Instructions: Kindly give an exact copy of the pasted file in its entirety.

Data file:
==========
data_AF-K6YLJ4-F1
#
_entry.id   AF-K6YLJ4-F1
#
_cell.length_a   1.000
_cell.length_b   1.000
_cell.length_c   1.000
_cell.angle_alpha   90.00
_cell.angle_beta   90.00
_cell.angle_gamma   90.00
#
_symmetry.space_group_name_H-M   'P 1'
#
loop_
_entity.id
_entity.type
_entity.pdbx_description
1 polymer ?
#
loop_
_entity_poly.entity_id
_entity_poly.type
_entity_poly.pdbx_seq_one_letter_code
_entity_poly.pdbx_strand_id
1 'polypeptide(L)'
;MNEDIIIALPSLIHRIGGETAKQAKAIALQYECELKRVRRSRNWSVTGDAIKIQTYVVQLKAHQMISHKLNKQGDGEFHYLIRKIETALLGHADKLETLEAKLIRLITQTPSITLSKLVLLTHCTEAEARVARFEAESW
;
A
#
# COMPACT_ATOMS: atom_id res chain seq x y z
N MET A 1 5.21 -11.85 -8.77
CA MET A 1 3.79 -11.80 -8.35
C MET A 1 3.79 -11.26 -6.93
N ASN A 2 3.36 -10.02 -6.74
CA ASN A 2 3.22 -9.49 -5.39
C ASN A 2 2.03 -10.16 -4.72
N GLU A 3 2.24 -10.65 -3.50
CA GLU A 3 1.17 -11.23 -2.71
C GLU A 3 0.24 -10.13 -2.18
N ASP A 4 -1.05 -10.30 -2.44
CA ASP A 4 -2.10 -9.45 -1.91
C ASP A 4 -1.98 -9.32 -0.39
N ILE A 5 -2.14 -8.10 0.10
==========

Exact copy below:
data_AF-K6YLJ4-F1
#
_entry.id   AF-K6YLJ4-F1
#
_cell.length_a   1.000
_cell.length_b   1.000
_cell.length_c   1.000
_cell.angle_alpha   90.00
_cell.angle_beta   90.00
_cell.angle_gamma   90.00
#
_symmetry.space_group_name_H-M   'P 1'
#
loop_
_entity.id
_entity.type
_entity.pdbx_description
1 polymer ?
#
loop_
_entity_poly.entity_id
_entity_poly.type
_entity_poly.pdbx_seq_one_letter_code
_entity_poly.pdbx_strand_id
1 'polypeptide(L)'
;MNEDIIIALPSLIHRIGGETAKQAKAIALQYECELKRVRRSRNWSVTGDAIKIQTYVVQLKAHQMISHKLNKQGDGEFHYLIRKIETALLGHADKLETLEAKLIRLITQTPSITLSKLVLLTHCTEAEARVARFEAESW
;
A
#
# COMPACT_ATOMS: atom_id res chain seq x y z
N MET A 1 5.21 -11.85 -8.77
CA MET A 1 3.79 -11.80 -8.35
C MET A 1 3.79 -11.26 -6.93
N ASN A 2 3.36 -10.02 -6.74
CA ASN A 2 3.22 -9.49 -5.39
C ASN A 2 2.03 -10.16 -4.72
N GLU A 3 2.24 -10.65 -3.50
CA GLU A 3 1.17 -11.23 -2.71
C GLU A 3 0.24 -10.13 -2.18
N ASP A 4 -1.05 -10.30 -2.44
CA ASP A 4 -2.10 -9.45 -1.91
C ASP A 4 -1.98 -9.32 -0.39
N ILE A 5 -2.14 -8.10 0.10